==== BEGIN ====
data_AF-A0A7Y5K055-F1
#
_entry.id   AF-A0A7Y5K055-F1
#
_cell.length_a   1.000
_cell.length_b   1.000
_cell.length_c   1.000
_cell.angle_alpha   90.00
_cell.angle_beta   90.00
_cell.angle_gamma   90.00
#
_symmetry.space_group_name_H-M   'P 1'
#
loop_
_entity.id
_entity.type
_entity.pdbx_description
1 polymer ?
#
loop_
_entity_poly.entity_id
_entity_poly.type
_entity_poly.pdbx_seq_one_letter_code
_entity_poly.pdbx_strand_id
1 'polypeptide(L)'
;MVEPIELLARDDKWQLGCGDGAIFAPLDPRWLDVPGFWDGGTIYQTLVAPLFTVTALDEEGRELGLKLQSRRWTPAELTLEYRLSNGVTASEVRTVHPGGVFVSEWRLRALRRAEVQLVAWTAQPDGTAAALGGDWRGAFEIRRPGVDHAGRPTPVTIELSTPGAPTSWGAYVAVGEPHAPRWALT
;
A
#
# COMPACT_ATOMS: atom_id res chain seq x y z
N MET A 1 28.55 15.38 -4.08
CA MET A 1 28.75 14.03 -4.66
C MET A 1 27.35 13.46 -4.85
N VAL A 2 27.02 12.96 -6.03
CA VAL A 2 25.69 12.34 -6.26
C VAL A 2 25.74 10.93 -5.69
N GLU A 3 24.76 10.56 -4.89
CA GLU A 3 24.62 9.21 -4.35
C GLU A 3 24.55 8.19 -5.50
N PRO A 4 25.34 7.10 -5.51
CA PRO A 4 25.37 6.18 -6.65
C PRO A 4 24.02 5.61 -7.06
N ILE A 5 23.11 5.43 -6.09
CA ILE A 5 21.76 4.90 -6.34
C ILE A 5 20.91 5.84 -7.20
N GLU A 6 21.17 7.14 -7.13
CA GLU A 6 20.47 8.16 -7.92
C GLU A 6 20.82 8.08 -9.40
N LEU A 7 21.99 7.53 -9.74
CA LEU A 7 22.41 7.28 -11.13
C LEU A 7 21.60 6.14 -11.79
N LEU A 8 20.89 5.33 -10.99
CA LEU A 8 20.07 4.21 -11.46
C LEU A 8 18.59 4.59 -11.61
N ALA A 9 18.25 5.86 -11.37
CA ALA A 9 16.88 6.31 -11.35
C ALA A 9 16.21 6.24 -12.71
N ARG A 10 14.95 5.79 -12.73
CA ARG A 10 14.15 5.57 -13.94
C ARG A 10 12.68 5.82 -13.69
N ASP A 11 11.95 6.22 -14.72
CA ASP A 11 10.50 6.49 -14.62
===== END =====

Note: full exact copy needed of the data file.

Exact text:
data_AF-A0A7Y5K055-F1
#
_entry.id   AF-A0A7Y5K055-F1
#
_cell.length_a   1.000
_cell.length_b   1.000
_cell.length_c   1.000
_cell.angle_alpha   90.00
_cell.angle_beta   90.00
_cell.angle_gamma   90.00
#
_symmetry.space_group_name_H-M   'P 1'
#
loop_
_entity.id
_entity.type
_entity.pdbx_description
1 polymer ?
#
loop_
_entity_poly.entity_id
_entity_poly.type
_entity_poly.pdbx_seq_one_letter_code
_entity_poly.pdbx_strand_id
1 'polypeptide(L)'
;MVEPIELLARDDKWQLGCGDGAIFAPLDPRWLDVPGFWDGGTIYQTLVAPLFTVTALDEEGRELGLKLQSRRWTPAELTLEYRLSNGVTASEVRTVHPGGVFVSEWRLRALRRAEVQLVAWTAQPDGTAAALGGDWRGAFEIRRPGVDHAGRPTPVTIELSTPGAPTSWGAYVAVGEPHAPRWALT
;
A
#
# COMPACT_ATOMS: atom_id res chain seq x y z
N MET A 1 28.55 15.38 -4.08
CA MET A 1 28.75 14.03 -4.66
C MET A 1 27.35 13.46 -4.85
N VAL A 2 27.02 12.96 -6.03
CA VAL A 2 25.69 12.34 -6.26
C VAL A 2 25.74 10.93 -5.69
N GLU A 3 24.76 10.56 -4.89
CA GLU A 3 24.62 9.21 -4.35
C GLU A 3 24.55 8.19 -5.50
N PRO A 4 25.34 7.10 -5.51
CA PRO A 4 25.37 6.18 -6.65
C PRO A 4 24.02 5.61 -7.06
N ILE A 5 23.11 5.43 -6.09
CA ILE A 5 21.76 4.90 -6.34
C ILE A 5 20.91 5.84 -7.20
N GLU A 6 21.17 7.14 -7.13
CA GLU A 6 20.47 8.16 -7.92
C GLU A 6 20.82 8.08 -9.40
N LEU A 7 21.99 7.53 -9.74
CA LEU A 7 22.41 7.28 -11.13
C LEU A 7 21.60 6.14 -11.79
N LEU A 8 20.89 5.33 -10.99
CA LEU A 8 20.07 4.21 -11.46
C LEU A 8 18.59 4.59 -11.61
N ALA A 9 18.25 5.86 -11.37
CA ALA A 9 16.88 6.31 -11.35
C ALA A 9 16.21 6.24 -12.71
N ARG A 10 14.95 5.79 -12.73
CA ARG A 10 14.15 5.57 -13.94
C ARG A 10 12.68 5.82 -13.69
N ASP A 11 11.95 6.22 -14.72
CA ASP A 11 10.50 6.49 -14.62